• Samuel at Gilgal

    This year I will be sharing brief excerpts from the articles, sermons, and books I am currently reading. My posts will not follow a regular schedule but will be published as I find well-written thoughts that should be of interest to maturing Christian readers. Whenever possible, I encourage you to go to the source and read the complete work of the author.

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  • October 2009
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Scofield’s Redirection Of The Church

Cyrus I. Scofield

Cyrus I. Scofield

From the pen of Gary DeMar:

A cursory reading of the Fundamentals, a series of papers published in 1917 to define the fundamentals of the Christian faith, do not deal with an evangelical evaluation of social reform. There is an article in the Fundamentals that criticizes reforms as modernists developed them, but nothing is offered to replace these social-gospelers. Of course, it was about this time that the dispensational view of eschatology was making its way on the evangelical scene and its doctrine of the “imminent” return of Jesus. Cyrus I. Scofield’s (1843–1921) note-filled study Bible was first published in 1909 and later revised by Scofield in a 1917 edition. Dispensationalism is all about what happens after the rapture of the church. Our time in the “parenthesis” is only temporary. The church is God’s afterthought, His “Plan-B” after His plan-A failed.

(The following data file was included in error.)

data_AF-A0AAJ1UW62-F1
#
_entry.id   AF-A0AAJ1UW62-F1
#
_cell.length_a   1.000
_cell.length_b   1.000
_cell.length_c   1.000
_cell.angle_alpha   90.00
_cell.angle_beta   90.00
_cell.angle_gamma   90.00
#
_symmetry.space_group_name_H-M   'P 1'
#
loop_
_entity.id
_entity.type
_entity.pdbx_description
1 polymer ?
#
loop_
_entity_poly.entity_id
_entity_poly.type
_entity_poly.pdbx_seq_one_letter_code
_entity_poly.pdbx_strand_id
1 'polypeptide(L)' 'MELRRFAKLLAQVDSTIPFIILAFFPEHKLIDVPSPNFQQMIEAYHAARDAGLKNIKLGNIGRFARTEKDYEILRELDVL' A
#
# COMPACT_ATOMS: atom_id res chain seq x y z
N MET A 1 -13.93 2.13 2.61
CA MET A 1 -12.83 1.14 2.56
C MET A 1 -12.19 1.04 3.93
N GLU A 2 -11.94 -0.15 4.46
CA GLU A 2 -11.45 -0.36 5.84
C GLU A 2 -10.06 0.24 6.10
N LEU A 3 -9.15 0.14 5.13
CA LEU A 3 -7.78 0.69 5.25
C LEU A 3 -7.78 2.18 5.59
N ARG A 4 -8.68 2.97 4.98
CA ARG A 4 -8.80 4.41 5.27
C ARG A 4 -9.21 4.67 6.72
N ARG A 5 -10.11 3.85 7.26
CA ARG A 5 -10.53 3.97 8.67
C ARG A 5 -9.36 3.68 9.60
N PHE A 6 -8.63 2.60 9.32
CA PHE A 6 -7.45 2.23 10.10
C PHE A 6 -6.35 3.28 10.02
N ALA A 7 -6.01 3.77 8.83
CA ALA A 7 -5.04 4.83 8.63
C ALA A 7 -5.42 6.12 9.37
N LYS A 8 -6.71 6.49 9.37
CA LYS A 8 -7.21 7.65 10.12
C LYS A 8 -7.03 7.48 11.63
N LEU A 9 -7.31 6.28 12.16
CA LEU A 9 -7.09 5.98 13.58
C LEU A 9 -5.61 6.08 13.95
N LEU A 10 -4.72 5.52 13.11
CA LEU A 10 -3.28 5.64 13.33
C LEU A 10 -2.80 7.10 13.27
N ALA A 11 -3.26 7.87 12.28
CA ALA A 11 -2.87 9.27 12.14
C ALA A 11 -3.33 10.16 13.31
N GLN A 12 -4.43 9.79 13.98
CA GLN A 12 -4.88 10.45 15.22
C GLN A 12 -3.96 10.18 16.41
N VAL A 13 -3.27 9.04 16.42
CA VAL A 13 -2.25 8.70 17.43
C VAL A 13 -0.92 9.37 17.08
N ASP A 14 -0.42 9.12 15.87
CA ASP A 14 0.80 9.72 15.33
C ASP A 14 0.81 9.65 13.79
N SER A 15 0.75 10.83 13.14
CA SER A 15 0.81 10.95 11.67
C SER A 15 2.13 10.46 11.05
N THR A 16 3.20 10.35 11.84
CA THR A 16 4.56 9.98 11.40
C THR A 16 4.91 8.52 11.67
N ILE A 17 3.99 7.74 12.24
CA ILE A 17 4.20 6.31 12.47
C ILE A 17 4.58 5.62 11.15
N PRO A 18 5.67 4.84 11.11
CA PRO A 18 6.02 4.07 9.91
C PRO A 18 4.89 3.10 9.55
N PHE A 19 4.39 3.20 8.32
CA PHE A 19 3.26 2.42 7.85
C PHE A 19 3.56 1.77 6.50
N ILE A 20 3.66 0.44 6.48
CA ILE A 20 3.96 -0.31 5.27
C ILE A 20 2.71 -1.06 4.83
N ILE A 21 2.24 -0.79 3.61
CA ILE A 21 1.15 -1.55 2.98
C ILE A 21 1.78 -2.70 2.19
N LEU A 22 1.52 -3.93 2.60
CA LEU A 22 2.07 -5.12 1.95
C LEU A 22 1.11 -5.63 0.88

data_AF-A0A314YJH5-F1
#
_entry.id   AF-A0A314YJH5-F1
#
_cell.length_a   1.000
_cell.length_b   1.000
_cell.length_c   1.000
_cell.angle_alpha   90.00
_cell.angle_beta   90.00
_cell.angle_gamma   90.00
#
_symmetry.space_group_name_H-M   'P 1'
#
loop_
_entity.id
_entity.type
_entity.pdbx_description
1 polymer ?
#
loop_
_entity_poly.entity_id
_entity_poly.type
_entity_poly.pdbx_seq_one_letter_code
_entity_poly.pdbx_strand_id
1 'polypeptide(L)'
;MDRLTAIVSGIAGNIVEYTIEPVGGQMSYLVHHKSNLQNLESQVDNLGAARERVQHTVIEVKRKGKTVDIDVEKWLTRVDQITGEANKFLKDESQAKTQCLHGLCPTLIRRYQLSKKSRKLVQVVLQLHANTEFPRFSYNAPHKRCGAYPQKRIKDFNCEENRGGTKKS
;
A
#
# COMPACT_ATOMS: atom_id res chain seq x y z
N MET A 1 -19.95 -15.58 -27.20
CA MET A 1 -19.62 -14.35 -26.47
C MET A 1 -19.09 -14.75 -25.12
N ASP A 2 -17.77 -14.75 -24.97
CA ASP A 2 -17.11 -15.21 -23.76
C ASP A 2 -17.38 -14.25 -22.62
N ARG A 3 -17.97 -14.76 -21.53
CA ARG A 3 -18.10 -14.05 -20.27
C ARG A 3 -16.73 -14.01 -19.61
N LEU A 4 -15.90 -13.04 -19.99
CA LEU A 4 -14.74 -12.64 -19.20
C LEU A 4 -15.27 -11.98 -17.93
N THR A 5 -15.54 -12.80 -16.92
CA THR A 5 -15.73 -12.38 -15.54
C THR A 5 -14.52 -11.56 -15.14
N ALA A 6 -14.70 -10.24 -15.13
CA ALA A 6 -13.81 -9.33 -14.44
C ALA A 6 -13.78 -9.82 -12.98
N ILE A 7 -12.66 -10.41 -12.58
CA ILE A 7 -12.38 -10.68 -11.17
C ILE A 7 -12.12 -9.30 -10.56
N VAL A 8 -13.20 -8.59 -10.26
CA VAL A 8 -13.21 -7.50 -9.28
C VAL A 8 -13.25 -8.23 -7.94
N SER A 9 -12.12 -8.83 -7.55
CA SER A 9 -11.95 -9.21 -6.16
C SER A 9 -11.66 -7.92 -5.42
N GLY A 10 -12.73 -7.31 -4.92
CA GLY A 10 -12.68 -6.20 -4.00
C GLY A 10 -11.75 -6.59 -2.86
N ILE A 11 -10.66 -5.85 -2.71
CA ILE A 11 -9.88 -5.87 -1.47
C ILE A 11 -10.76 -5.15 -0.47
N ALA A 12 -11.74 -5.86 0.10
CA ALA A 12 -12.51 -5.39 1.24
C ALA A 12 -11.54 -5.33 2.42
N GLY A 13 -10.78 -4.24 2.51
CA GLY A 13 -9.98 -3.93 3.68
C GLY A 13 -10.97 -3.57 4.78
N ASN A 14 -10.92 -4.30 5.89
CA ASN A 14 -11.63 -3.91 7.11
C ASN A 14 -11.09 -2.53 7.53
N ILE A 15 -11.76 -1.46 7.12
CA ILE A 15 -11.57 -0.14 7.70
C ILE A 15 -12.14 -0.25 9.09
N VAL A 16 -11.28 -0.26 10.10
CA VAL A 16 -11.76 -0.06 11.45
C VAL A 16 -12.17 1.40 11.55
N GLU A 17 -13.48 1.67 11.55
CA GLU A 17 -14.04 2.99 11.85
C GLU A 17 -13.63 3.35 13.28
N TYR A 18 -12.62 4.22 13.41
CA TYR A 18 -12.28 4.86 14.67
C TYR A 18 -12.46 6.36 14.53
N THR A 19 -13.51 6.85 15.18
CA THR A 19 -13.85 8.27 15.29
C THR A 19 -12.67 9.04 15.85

The earlier reform worldview espoused by the revivalists “was replaced by an eschatology that looked for the return of Christ to rescue the ‘saints’ out of this world. Premillennial teaching implied that the world was in such bad shape that it would only get worse until the return of Christ. Some even argued that efforts to ameliorate social conditions would merely postpone the ‘blessed hope’ of Christ’s return by delaying the process of degeneration.”

The vision was now one of rescue from a fallen world. Just as Jesus was expected momentarily on the clouds to rapture his saints, so the slum worker established missions to rescue sinners out of the world to be among those to meet the Lord in the air. Evangelical effort that had once provided the impulse and troops for reform rallies was rechanneled into exegetical speculation about the timing of Christ’s return and into maintenance of the expanding prophecy conferences. . . .

Read more here. . . .

One Response

  1. I recommend a shockeroo of an article. It has the title of “Edward Irving is Unnerving” and I found it while visiting Google. Sid


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